He cited the $174,000 case and said at that rate, the nurse and his or her dependents would have had 1.8 massages per day. There is a provision in the nurses union benefits package to curb such egregious spending but the language is vague, with reference to “reasonable and customary limits” on such perks.

 

Sheikh said there is no proposal to revoke massage therapy for “vulnerable” nurses who need them for medical and preventive purposes, but the proposed review to take place over the next year would consider whether to introduce a cap to curb the exponential growth in costs to publicly funded hospitals and other health care facilities.

Massage therapy is a popular health and wellness treatment approach and many have said it can help nurses reduce stress and its associated symptoms, not to mention relieve muscle and joint pain. B.C. has eight schools for massage therapy training and there are about 400 new registrants each year. In 2015, there were 4,183 active registrants, up from 3,653 just two years earlier.

The Registered Massage Therapists Association of B.C. said the “significant rise” in massage therapy use is attributable to studies showing evidence of benefits, an increase in the public’s interest in non-surgical and drug-free treatments and higher educational standards among therapists.

According to companies that specialize in health benefits, private companies and public employee plans typically have limits on the dollar value or number of massages that are covered per year. A recent survey showed that the upper limit of coverage in the most elite plans is $400 per person. The B.C. Public Service Benefits Guide shows that employees can claim up to $750 a year per person for massage therapy.

Sanofi Canada Healthcare Surveys have shown that massage therapy is one of the fastest growing benefits and that nearly half of those who have extended health care benefits filed at least one claim for massage therapy. The steady growth in the use of employer-sponsored massage therapy has caused much consternation and navel-gazing in the insurance industry. Green Shield Canada, which calls itself Canada’s only national not-for-profit health and dental benefits company, recently posted this commentary: We Spend More on Massage than Mental Health Services…Time For A Change?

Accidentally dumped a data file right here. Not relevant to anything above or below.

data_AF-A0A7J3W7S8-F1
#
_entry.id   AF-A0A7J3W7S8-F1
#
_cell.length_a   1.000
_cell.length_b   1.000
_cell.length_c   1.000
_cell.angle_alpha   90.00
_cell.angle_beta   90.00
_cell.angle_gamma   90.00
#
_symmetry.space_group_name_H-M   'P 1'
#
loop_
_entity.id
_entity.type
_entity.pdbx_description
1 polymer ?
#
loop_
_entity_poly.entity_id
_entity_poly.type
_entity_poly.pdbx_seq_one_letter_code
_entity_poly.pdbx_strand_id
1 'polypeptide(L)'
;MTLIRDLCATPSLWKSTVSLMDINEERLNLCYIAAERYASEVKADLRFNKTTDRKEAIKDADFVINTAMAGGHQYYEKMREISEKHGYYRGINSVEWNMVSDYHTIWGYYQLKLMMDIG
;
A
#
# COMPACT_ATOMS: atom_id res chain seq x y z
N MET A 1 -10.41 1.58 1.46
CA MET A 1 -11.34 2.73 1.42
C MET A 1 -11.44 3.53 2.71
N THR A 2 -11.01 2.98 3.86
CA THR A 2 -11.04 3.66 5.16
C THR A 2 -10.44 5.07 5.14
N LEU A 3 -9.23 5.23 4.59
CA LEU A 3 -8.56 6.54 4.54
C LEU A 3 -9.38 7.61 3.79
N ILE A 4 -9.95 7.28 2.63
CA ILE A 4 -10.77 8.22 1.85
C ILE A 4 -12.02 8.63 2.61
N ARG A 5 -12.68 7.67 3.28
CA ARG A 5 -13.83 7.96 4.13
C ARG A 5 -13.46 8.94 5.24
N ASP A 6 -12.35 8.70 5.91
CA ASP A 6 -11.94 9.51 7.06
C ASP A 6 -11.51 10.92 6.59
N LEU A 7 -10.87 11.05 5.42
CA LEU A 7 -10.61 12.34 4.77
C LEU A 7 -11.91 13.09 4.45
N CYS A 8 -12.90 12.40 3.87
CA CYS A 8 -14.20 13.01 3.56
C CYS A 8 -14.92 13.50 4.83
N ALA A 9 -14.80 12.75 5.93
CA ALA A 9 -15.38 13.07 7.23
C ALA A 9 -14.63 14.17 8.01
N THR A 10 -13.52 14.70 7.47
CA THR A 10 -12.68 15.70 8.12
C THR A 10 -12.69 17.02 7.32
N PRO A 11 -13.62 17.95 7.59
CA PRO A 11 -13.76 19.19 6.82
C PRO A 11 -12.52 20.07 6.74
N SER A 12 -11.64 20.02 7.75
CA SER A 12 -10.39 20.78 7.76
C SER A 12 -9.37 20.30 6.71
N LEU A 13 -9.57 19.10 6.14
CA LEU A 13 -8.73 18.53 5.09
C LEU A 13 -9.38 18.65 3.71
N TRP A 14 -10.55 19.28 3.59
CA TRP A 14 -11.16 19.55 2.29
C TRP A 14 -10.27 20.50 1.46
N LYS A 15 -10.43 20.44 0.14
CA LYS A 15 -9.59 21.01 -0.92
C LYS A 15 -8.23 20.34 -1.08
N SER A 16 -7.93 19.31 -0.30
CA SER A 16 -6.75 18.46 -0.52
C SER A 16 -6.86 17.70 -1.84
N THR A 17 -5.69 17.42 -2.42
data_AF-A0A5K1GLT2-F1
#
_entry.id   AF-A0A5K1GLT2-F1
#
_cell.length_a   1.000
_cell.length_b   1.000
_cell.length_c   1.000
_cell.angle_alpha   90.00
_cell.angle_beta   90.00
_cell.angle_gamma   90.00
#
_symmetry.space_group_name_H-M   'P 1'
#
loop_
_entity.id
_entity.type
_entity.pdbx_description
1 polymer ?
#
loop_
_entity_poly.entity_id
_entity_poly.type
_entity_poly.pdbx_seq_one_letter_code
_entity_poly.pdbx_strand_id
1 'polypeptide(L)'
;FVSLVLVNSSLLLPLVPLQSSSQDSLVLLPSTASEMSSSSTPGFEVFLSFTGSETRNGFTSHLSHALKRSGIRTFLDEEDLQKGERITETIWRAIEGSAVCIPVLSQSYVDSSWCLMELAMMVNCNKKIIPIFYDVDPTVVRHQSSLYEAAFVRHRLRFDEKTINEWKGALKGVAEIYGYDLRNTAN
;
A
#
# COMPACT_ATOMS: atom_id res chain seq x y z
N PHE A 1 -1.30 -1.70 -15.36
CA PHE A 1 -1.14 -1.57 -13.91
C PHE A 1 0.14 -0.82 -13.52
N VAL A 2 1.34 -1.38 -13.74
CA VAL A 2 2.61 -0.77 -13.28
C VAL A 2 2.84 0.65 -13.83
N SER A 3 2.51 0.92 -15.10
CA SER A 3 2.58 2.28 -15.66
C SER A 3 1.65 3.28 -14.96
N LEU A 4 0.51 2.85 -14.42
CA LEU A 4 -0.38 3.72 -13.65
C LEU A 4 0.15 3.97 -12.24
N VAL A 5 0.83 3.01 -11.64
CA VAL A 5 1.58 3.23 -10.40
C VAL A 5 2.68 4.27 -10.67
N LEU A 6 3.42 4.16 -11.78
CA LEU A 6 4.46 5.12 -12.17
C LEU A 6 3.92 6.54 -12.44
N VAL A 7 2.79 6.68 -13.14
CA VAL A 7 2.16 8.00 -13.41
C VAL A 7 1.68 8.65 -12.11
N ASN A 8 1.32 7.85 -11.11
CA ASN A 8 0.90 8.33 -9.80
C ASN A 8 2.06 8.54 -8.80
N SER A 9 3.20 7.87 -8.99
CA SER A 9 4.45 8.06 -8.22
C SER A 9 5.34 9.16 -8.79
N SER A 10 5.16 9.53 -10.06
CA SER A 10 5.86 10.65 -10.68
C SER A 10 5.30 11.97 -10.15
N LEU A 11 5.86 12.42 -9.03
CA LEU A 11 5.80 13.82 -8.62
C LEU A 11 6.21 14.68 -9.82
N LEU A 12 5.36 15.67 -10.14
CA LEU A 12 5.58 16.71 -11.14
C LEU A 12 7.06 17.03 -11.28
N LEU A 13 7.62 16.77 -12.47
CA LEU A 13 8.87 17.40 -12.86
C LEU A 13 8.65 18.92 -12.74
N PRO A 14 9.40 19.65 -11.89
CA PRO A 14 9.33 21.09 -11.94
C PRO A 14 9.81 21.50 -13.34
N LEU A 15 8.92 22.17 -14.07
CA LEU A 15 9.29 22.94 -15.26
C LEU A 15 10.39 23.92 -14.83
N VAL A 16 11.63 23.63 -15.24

B.C. Nurses Union CEO Umar Sheikh.

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Green Shield Canada has initiated a rethink on massage benefits, removing it as a core benefit in its new SMARTspend plans, as they are called, “in order to reinvest significant funds in more serious health challenges.”

Under siege Tuesday from angry nurses who read the first Postmedia story about the tentative contract, Sheikh declined to be interviewed. On social media channels, some nurses were vociferous in their protests over some elements of the agreement, including the plan to consider capping massage benefits.

Nurses are also angry that Sheikh said the average annual wage for nurses is about $45 an hour. For the 36,420 registered nurses in the B.C. Nurses Union, it is currently $42.35, according to a union factsheet. For 9,229 licensed practical nurses, the average in 2018 was $29.42. If nurses approve the tentative agreement by the Jan. 21 deadline, licensed practical nurses’ wages on April 1 would range from $27.87 per hour to $32.46 per hour, depending on job descriptions and experience. Registered nurses and registered psychiatric nurses would be paid anywhere from $34.83 to $55.18 per hour.

While nurses’ benefits are part of their collective agreements, in other health care unions there are joint benefit trusts that are co-managed by union and employer-appointed trustees who get funding from employers that is fixed to a percentage of the payroll.

Roy Thorpe-Dorward, spokesman for the Health Employers Association of B.C., said “no benefit costs are unlimited.”

“Working together, both parties (unions and employers) are motivated to operate efficient and sustainable benefits plans that provide the best possible benefits for employees,” he said, adding that historically health sector agreements have included caps on “paramedical” expenses such as massage therapy.